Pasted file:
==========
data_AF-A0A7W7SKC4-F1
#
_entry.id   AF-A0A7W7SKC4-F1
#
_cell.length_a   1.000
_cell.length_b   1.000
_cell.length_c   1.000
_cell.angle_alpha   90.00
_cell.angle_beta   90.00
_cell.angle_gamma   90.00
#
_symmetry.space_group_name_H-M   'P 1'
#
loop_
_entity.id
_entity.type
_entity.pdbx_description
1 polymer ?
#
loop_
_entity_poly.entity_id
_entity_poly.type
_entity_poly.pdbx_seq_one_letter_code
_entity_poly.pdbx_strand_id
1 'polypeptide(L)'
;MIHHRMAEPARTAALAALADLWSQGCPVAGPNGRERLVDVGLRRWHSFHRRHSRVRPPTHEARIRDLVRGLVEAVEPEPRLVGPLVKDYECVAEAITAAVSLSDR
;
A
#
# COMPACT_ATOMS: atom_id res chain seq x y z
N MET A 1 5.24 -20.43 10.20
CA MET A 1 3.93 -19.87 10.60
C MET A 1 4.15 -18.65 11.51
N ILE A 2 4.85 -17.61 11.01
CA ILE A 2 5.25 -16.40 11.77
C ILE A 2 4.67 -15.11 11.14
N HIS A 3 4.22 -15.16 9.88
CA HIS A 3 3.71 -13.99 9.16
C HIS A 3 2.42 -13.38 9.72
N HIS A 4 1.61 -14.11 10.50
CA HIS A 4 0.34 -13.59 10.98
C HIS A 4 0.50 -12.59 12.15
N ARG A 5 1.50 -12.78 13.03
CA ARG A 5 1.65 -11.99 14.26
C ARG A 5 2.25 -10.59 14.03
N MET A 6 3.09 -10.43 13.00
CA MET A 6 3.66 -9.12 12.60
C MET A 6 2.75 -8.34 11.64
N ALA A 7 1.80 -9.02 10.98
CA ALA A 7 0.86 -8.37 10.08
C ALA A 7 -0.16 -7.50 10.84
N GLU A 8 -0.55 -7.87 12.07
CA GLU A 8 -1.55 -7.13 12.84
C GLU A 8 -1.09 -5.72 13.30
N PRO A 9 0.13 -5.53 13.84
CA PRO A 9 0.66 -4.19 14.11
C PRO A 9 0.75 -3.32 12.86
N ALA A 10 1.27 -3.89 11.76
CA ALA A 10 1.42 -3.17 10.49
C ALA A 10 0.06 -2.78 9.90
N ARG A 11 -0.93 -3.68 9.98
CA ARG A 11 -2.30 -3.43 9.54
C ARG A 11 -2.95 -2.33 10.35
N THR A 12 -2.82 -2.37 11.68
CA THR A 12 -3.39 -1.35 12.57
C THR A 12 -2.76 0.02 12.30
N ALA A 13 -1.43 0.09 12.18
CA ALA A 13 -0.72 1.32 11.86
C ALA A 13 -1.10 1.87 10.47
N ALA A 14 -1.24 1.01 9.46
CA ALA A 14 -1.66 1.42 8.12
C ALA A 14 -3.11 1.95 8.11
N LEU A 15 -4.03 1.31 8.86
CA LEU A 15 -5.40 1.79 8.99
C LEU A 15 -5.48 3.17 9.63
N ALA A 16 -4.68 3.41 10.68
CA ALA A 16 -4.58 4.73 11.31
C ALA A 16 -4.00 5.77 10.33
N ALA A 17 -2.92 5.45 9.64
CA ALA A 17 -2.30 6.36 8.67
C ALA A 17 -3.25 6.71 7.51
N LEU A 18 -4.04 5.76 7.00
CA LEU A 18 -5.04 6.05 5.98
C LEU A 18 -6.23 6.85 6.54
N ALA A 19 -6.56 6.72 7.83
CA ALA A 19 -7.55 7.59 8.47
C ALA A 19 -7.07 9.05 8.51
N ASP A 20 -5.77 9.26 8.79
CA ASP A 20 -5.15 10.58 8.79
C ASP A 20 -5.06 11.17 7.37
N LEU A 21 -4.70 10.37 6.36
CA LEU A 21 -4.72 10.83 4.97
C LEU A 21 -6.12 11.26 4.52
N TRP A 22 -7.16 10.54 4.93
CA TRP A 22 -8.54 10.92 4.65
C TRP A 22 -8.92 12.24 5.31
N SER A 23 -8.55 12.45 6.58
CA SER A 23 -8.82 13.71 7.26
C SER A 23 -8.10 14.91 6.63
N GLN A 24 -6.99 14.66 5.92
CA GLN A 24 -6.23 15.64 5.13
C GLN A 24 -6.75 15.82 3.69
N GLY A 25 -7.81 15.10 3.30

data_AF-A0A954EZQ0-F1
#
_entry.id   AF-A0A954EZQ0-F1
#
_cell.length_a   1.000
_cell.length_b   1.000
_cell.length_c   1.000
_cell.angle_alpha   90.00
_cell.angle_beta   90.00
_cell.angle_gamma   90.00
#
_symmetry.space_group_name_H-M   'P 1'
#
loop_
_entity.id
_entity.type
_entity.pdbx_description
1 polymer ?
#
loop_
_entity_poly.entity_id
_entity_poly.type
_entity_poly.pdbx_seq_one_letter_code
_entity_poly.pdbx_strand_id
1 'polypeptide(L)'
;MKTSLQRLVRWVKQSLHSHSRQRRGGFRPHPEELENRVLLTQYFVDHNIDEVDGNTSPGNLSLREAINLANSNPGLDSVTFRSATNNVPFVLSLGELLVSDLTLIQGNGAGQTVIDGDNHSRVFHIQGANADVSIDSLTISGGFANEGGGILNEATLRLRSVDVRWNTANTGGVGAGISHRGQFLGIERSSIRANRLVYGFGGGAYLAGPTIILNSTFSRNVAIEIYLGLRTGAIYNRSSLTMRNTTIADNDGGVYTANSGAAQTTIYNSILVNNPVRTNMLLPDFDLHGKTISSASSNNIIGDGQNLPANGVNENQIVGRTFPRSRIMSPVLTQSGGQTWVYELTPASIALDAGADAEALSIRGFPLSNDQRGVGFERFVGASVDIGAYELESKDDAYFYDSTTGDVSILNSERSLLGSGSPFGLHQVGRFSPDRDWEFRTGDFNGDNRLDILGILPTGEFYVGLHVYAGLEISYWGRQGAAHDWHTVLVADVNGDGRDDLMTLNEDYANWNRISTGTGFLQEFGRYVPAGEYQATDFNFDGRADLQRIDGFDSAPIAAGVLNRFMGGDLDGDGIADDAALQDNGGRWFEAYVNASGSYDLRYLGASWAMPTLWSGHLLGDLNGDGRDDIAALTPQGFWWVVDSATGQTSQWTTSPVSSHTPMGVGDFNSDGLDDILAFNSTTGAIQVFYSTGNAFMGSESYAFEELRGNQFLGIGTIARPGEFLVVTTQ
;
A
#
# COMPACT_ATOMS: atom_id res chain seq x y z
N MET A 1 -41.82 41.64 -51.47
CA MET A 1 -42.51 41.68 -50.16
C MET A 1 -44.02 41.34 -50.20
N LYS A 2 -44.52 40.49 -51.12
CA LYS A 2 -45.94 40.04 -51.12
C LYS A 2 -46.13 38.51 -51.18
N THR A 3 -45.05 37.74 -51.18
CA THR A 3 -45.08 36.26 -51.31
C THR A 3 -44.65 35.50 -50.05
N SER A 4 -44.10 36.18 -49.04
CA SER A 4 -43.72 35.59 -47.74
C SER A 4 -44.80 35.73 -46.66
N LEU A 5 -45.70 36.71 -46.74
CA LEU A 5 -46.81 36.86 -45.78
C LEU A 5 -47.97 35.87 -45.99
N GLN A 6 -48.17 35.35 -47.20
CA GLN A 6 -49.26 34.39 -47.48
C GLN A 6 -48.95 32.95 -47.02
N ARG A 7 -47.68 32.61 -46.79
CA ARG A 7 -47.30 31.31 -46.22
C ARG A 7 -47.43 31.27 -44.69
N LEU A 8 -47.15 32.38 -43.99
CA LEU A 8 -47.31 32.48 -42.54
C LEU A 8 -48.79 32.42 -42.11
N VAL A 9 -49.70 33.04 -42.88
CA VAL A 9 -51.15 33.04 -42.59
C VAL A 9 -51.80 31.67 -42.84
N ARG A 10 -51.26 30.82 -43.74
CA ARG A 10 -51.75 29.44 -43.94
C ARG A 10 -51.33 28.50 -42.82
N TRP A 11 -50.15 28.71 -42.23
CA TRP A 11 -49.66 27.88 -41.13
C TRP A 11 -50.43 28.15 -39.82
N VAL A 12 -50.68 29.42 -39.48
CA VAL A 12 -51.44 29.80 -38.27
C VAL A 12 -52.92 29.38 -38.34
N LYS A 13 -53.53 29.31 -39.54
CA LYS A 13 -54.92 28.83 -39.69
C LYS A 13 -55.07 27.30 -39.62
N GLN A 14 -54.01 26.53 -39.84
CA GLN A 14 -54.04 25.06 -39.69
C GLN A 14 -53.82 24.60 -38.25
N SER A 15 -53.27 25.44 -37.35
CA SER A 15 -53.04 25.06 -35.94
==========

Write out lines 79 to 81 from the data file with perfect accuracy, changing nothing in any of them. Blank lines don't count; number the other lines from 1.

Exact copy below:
N ALA A 17 -2.92 5.45 9.64
CA ALA A 17 -2.30 6.36 8.67
C ALA A 17 -3.25 6.71 7.51